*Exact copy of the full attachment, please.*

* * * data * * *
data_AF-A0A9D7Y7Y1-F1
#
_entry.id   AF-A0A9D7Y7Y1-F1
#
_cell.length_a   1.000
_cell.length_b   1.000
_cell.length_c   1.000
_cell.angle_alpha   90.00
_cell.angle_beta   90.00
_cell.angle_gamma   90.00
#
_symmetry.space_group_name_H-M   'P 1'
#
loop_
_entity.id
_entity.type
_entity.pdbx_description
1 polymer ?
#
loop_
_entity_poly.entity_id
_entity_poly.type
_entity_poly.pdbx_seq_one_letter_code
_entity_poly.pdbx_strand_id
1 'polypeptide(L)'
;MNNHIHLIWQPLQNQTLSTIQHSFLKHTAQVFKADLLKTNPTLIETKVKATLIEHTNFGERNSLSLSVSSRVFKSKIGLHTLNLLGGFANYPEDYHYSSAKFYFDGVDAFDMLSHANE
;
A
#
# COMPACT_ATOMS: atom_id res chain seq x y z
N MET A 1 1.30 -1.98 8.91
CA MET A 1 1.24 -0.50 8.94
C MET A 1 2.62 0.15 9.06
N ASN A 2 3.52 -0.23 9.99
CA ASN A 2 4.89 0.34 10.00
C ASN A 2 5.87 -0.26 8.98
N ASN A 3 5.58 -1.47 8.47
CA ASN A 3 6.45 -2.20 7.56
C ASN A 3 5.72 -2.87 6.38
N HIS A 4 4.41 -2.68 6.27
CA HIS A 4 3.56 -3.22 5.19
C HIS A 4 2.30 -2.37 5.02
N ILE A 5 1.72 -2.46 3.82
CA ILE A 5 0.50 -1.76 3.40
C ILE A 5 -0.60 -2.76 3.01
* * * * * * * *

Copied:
data_AF-A0A9D7Y7Y1-F1
#
_entry.id   AF-A0A9D7Y7Y1-F1
#
_cell.length_a   1.000
_cell.length_b   1.000
_cell.length_c   1.000
_cell.angle_alpha   90.00
_cell.angle_beta   90.00
_cell.angle_gamma   90.00
#
_symmetry.space_group_name_H-M   'P 1'
#
loop_
_entity.id
_entity.type
_entity.pdbx_description
1 polymer ?
#
loop_
_entity_poly.entity_id
_entity_poly.type
_entity_poly.pdbx_seq_one_letter_code
_entity_poly.pdbx_strand_id
1 'polypeptide(L)'
;MNNHIHLIWQPLQNQTLSTIQHSFLKHTAQVFKADLLKTNPTLIETKVKATLIEHTNFGERNSLSLSVSSRVFKSKIGLHTLNLLGGFANYPEDYHYSSAKFYFDGVDAFDMLSHANE
;
A
#
# COMPACT_ATOMS: atom_id res chain seq x y z
N MET A 1 1.30 -1.98 8.91
CA MET A 1 1.24 -0.50 8.94
C MET A 1 2.62 0.15 9.06
N ASN A 2 3.52 -0.23 9.99
CA ASN A 2 4.89 0.34 10.00
C ASN A 2 5.87 -0.26 8.98
N ASN A 3 5.58 -1.47 8.47
CA ASN A 3 6.45 -2.20 7.56
C ASN A 3 5.72 -2.87 6.38
N HIS A 4 4.41 -2.68 6.27
CA HIS A 4 3.56 -3.22 5.19
C HIS A 4 2.30 -2.37 5.02
N ILE A 5 1.72 -2.46 3.82
CA ILE A 5 0.50 -1.76 3.40
C ILE A 5 -0.60 -2.76 3.01